Warning Signs of Paediatric Cancers

awareness_childhood_cancer_boxing_penguinCancers are malignant (malicious) growths or tumours caused by abnormal and uncontrolled cell division which may spread to other parts of the body through the lymphatic system or the blood stream.

An arbitrarily adopted standard of the ages used if they are childhood cancers, are 0–14 years inclusive, that is, up to 14 years 11.9 months of age.

Paediatric oncology is the branch of medicine concerned with the diagnosis and treatment of cancer in children.

Cancer isn’t fair at any age, but perhaps no cancer is more emotionally devastating than those that occur in children. Worldwide, it is estimated that childhood cancer has an incidence of more than 250,000 per year, and a mortality rate of approximately 98,000 per year. Death from Childhood Cancer is second only to death from accidents according to the World Health Organisation (WHO).

In low resource settings such as developing countries, mortality is a high as 80% – 90% especially in the world’s poorest countries. This high mortality is explained by low human resources, lack of infrastructures, poverty and mostly by ignorance.


Causes of Childhood Cancers

The types of cancers that develop in children are different from those that develop in adults. Lifestyle or environmental risk factors do not play a role in Childhood Cancer. Childhood Cancer generally occurs as the result of DNA changes in cells that take place very early in life. Thus they can appear at a very early age.

In a small percentage of childhood cancers, familial or genetic factors are thought to predispose the child to cancer. An even smaller percentage of childhood cancer has an identified environmental link.

  • Identified familial and genetic factors  5-15%;
  • Environmental exposures & exogenous factors <5-10%;
  • Unknown causes 75-90%.

The most common cancers in children are:

  • Leukaemia (34%);
  • Brain Tumours (23%);
  • Lymphomas (12%)

In Rwanda, however, nephroblastoma is the most prevalent.

How Childhood Cancers Present

Since most of the symptoms of cancer can also be attributed to benign conditions, the diagnosis of cancer can be a long process. Parents must trust and work as a team with health professionals, using their knowledge of their child and health professional’s knowledge of medicine.

There are different types of Childhood Cancers; some progress rapidly and others slowly.

Here are warning signs of childhood cancers:

  • Continued unexplained weight loss;
  • Headaches, often with early morning vomiting;
  • Increased swelling or persistent pain in bones, joints, back, or legs;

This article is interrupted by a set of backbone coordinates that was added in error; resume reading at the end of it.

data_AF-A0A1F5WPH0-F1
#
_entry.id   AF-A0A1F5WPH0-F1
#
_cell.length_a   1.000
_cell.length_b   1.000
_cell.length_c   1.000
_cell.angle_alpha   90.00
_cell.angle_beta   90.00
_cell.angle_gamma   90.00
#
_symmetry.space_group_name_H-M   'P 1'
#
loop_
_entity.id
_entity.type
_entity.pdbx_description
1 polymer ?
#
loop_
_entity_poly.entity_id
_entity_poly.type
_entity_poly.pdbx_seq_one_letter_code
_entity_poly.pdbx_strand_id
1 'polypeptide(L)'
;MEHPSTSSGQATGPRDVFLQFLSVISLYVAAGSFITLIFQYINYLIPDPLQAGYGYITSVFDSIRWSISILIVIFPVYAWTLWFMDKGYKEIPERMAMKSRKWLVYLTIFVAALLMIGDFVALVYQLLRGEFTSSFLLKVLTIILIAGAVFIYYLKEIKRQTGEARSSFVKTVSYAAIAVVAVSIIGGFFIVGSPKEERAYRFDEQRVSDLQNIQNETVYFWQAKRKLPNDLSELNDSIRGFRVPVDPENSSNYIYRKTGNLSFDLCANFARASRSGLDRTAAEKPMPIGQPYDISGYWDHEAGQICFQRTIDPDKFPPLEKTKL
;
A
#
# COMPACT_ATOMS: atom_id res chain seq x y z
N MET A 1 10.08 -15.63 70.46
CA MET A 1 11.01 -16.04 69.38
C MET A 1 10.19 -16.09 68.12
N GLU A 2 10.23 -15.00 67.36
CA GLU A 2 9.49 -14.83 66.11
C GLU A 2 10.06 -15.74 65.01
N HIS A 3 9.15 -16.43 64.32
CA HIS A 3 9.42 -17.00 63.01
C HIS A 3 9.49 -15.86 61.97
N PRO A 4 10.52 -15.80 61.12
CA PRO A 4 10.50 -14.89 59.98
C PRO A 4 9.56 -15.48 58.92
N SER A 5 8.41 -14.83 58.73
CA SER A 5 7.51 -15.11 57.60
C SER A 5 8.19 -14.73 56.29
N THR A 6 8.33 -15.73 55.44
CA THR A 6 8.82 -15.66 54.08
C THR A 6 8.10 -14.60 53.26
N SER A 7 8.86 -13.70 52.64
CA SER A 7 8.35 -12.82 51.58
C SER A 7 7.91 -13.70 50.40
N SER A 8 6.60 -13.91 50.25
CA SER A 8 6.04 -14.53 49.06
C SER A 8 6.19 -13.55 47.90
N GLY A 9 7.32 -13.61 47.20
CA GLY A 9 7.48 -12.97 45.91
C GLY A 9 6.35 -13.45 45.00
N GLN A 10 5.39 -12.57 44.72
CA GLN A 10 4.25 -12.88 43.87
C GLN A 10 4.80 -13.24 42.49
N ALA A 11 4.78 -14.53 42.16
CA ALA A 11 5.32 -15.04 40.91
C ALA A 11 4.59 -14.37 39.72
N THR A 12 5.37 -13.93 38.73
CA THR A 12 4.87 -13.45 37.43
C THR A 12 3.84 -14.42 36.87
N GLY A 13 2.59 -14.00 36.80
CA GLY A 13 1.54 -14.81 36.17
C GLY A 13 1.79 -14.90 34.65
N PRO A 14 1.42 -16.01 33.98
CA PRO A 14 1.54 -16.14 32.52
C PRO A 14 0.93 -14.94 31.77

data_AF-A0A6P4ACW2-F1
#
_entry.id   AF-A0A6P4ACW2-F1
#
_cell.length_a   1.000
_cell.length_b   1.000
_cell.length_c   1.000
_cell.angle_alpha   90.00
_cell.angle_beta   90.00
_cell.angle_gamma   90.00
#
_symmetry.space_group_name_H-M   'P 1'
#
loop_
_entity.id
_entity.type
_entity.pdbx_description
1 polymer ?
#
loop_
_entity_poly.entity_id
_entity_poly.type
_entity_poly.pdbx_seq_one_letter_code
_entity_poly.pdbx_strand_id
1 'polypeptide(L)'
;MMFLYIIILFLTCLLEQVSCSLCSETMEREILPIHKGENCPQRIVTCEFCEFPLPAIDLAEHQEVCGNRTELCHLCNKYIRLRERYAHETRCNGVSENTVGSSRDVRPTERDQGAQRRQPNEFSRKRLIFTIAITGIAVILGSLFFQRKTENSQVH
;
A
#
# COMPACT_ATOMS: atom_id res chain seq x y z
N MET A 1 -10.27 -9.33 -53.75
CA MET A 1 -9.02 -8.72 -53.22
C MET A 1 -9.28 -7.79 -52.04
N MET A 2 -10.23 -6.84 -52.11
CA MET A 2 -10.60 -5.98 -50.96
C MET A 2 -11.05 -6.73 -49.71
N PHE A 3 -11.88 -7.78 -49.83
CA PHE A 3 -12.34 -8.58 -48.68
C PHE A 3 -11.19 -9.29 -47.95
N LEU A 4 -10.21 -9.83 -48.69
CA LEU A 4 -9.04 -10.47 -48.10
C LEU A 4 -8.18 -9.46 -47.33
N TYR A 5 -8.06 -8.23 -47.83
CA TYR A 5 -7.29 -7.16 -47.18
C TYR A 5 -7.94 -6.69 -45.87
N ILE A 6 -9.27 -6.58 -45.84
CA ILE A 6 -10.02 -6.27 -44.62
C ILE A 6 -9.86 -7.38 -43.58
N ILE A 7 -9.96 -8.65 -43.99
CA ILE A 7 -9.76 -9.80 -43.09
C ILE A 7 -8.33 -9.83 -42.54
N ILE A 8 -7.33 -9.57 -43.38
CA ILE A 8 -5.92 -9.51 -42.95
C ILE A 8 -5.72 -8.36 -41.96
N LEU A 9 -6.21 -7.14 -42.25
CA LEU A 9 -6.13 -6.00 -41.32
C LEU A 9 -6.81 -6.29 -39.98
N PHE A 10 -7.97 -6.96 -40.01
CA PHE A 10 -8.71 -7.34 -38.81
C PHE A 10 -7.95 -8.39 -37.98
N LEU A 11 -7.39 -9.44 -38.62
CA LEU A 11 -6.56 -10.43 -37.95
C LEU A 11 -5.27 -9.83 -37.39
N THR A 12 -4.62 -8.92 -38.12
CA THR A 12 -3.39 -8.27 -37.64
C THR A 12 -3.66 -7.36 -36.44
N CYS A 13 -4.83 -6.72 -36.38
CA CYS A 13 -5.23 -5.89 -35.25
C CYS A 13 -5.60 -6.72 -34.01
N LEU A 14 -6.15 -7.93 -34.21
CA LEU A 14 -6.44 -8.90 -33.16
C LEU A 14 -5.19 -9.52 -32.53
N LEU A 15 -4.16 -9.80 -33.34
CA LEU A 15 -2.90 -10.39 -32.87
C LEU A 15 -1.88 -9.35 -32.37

• Lump or mass, especially in the abdomen, neck, chest, pelvis, or armpits;
  • Development of excessive bruising, bleeding, or rash; and
  • Constant infections.

Others signs include; a whitish colour behind the pupil; nausea which persists or vomiting without nausea; constant tiredness or noticeable paleness and recurrent or persistent fevers of unknown origin.

Childhood Cancers arising from blood, kidney, brain and eyes are going undiagnosed until late stages even though they present so early, especially in developing countries, leading to a high mortality rate in cancers that generally show up to an 80% survival rate in developed countries.

We need to understand the character and presentations of Childhood Cancers. As with all cancers, relieving the pain, symptoms, and distress of cancer experienced by children (palliative care), and their families is as important as treating the disease itself.

Survivors of Childhood Cancers face massive challenges – around 66% of children with Childhood Cancers suffer long-term effects from treatment, including secondary cancers, learning disabilities, loss of hearing and sight, heart disease, and more.

One of the Little Fighters Cancer Trust’s main objectives is to share knowledge about Early Warning Signs of Childhood Cancer by sharing information as widely as possible in an effort to make the public as well as medical personnel more aware of the Early Warning Signs, thereby saving thousands of lives.



About LFCT

This is a blog about CHILDHOOD CANCER and CHILDHOOD CANCER AWARENESS Little Fighters Cancer Trust is a non-profit organisation that offers support and aid to Children with Cancer and their families. When a child is diagnosed with cancer it affects the whole family. One of the parents, usually the mother, must give up their job to care for the child and this creates financial problems for the family. In South Africa especially the majority of these families are not well-to-do; many of them are rural. A diagnosis of cancer can wipe out any family’s finances, let alone a poor family. The costs of special medications, special diets, hospital stays, transport to and from the hospital or clinic and accommodation and food costs for the mother who spends most of the time at her child’s bedside are astronomical. These are the people and problems that fall through the cracks, and these are the people that Little Fighters Cancer Trust has pledged to help in any way possible. LFCT takes a holistic approach to assisting the Children with Cancer and their Families, with the main aim to be the preservation of individual dignity and pride. Little Fighters Cancer Trust also focuses on promotion and advocacy of National Childhood Cancer Awareness in an effort to increase awareness of Early Warning Signs of Childhood Cancer. This would result in earlier diagnosis, giving the Child with Cancer more of a chance at Treatment and Survival. See "About" for more Background info

Posted on 23 February, 2017, in Blog and tagged , , , , , , , , , , , . Bookmark the permalink. Leave a comment.

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